Using a limited 140 characters and a fast-paced mass texting streaming system has changed the way we communicate in ways we can’t yet evaluate. I believe, and this is an assumption, that we individually communicate more concisely, with less fluff, and more purpose than we ever have in the history of the world. I would also say that because a platform like Twitter is so accessible, we also have so much communication that it borders on overload. The nature of the non-wordy beast.
Where Twitter changes us the most is found in situations like the death of Osama bin Laden. CNN says that at the height of the pivotal news event, there were 4,000 tweets being added to the stream every second. Consider the man who live-tweeted the United States’ operation in Abbotabad without even knowing it. Twitter, in many instances, has been quicker to get information out than many public official news sources. This isn’t anything new to those in the twittersphere. We still don’t know what to do with this new paradigm.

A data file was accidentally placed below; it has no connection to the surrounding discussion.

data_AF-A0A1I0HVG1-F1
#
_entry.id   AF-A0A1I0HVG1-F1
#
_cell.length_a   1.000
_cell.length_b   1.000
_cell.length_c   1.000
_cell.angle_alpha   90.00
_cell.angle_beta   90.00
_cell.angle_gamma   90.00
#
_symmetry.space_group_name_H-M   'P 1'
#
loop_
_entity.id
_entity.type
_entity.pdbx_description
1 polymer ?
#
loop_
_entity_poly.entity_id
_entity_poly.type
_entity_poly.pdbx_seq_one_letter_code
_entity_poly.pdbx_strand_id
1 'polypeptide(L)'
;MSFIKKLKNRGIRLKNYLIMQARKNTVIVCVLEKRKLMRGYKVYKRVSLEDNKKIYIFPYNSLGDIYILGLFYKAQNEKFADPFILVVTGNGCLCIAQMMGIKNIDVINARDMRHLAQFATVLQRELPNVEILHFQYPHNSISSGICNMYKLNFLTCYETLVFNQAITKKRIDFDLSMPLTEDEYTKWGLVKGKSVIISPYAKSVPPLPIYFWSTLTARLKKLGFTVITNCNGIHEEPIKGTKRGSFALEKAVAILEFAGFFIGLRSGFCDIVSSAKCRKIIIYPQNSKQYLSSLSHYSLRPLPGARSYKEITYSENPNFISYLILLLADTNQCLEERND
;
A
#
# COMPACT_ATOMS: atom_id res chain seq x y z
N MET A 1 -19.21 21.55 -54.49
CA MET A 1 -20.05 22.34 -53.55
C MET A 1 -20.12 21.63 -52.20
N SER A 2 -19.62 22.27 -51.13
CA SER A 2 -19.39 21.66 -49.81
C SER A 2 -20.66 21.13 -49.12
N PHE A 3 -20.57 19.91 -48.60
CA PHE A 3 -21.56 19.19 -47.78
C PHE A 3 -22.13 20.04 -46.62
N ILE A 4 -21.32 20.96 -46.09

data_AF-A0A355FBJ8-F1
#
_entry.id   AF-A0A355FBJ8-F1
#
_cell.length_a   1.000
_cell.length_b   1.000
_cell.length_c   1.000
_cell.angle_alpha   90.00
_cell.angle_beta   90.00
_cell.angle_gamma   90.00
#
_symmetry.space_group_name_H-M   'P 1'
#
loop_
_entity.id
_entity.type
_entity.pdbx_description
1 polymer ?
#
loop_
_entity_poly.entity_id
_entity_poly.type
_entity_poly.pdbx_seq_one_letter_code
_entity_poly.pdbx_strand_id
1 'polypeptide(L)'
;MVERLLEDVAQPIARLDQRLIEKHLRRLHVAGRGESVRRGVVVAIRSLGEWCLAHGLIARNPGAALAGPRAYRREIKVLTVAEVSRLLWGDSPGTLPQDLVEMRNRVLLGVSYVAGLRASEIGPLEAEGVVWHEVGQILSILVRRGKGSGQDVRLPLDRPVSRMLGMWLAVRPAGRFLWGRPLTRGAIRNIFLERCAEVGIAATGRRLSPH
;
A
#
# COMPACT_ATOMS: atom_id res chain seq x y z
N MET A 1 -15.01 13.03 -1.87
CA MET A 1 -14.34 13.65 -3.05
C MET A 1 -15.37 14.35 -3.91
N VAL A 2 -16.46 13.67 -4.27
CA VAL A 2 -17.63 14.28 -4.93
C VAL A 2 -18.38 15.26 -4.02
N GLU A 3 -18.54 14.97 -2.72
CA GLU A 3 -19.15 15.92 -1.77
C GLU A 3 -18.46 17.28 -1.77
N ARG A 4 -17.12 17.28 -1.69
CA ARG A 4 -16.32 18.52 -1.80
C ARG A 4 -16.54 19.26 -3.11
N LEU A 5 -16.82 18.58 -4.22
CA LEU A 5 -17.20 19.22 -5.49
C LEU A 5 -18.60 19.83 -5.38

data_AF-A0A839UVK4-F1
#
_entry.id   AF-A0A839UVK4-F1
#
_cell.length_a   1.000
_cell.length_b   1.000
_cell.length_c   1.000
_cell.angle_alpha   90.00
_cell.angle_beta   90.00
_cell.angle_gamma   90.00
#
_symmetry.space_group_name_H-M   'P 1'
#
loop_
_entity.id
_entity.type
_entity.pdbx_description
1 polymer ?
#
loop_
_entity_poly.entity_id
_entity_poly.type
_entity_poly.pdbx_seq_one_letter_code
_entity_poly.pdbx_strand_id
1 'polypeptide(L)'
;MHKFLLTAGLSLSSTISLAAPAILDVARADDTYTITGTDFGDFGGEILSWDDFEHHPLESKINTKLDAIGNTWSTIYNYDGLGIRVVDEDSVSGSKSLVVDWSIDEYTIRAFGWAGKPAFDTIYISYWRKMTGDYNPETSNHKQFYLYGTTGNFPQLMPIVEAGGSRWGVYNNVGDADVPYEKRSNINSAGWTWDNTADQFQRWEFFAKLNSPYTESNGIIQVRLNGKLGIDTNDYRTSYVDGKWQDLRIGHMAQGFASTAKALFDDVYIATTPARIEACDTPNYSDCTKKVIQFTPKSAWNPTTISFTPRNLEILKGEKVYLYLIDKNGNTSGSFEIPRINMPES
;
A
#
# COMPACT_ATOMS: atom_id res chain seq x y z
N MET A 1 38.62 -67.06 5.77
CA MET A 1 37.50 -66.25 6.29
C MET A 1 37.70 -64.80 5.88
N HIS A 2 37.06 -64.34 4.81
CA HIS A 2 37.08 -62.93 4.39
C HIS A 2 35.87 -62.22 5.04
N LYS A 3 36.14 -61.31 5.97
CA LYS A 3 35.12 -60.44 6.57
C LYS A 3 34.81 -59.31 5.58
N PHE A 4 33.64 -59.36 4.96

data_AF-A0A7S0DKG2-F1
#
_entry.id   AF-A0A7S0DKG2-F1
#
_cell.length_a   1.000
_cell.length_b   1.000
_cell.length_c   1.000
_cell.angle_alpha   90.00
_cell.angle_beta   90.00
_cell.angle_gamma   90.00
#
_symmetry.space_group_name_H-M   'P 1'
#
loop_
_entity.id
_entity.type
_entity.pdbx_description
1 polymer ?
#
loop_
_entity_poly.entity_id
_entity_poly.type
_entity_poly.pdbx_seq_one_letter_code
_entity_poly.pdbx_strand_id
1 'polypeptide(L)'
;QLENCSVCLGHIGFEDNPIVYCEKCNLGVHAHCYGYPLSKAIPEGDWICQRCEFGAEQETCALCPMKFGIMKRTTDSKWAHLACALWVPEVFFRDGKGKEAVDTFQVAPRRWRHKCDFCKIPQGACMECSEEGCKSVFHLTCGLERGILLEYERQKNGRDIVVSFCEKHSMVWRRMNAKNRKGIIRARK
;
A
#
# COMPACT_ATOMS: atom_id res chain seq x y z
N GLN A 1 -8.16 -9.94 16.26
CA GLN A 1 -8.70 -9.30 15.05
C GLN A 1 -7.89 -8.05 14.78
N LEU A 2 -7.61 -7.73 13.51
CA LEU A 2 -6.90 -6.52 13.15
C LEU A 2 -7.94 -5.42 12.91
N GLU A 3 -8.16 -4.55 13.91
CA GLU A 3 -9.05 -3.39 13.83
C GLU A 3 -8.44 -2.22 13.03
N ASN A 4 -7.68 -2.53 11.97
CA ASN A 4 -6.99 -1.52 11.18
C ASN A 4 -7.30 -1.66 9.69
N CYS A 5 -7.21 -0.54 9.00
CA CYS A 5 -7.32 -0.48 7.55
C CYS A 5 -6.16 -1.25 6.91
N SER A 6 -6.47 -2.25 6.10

What we have just started recognizing, and I believe it is still the beginning of this stage of recognizing this new responsibility, is that we are part of a constant, world-wide conversation. That is the beauty of it. Will you use this opportunity or dance around it?
Either way, welcome to the conversation.